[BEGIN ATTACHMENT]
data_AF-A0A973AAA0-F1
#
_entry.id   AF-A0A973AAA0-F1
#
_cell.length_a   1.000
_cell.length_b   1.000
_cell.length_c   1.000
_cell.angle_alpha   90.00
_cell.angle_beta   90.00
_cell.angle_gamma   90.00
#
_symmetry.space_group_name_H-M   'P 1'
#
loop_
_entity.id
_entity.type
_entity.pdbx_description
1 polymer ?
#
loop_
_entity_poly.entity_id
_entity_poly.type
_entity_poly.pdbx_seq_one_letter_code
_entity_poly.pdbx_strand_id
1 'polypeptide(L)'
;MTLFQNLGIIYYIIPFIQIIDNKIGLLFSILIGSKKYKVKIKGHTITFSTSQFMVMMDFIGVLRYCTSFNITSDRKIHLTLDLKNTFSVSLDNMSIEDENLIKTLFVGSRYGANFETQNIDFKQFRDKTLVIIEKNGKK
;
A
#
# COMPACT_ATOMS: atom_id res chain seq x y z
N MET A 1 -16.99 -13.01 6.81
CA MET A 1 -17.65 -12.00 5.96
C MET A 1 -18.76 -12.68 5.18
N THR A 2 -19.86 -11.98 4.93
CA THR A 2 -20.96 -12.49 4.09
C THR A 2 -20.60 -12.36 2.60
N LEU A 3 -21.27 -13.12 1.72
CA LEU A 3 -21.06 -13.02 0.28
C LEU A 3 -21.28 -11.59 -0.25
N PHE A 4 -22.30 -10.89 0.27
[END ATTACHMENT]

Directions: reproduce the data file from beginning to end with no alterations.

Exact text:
data_AF-A0A973AAA0-F1
#
_entry.id   AF-A0A973AAA0-F1
#
_cell.length_a   1.000
_cell.length_b   1.000
_cell.length_c   1.000
_cell.angle_alpha   90.00
_cell.angle_beta   90.00
_cell.angle_gamma   90.00
#
_symmetry.space_group_name_H-M   'P 1'
#
loop_
_entity.id
_entity.type
_entity.pdbx_description
1 polymer ?
#
loop_
_entity_poly.entity_id
_entity_poly.type
_entity_poly.pdbx_seq_one_letter_code
_entity_poly.pdbx_strand_id
1 'polypeptide(L)'
;MTLFQNLGIIYYIIPFIQIIDNKIGLLFSILIGSKKYKVKIKGHTITFSTSQFMVMMDFIGVLRYCTSFNITSDRKIHLTLDLKNTFSVSLDNMSIEDENLIKTLFVGSRYGANFETQNIDFKQFRDKTLVIIEKNGKK
;
A
#
# COMPACT_ATOMS: atom_id res chain seq x y z
N MET A 1 -16.99 -13.01 6.81
CA MET A 1 -17.65 -12.00 5.96
C MET A 1 -18.76 -12.68 5.18
N THR A 2 -19.86 -11.98 4.93
CA THR A 2 -20.96 -12.49 4.09
C THR A 2 -20.60 -12.36 2.60
N LEU A 3 -21.27 -13.12 1.72
CA LEU A 3 -21.06 -13.02 0.28
C LEU A 3 -21.28 -11.59 -0.25
N PHE A 4 -22.30 -10.89 0.27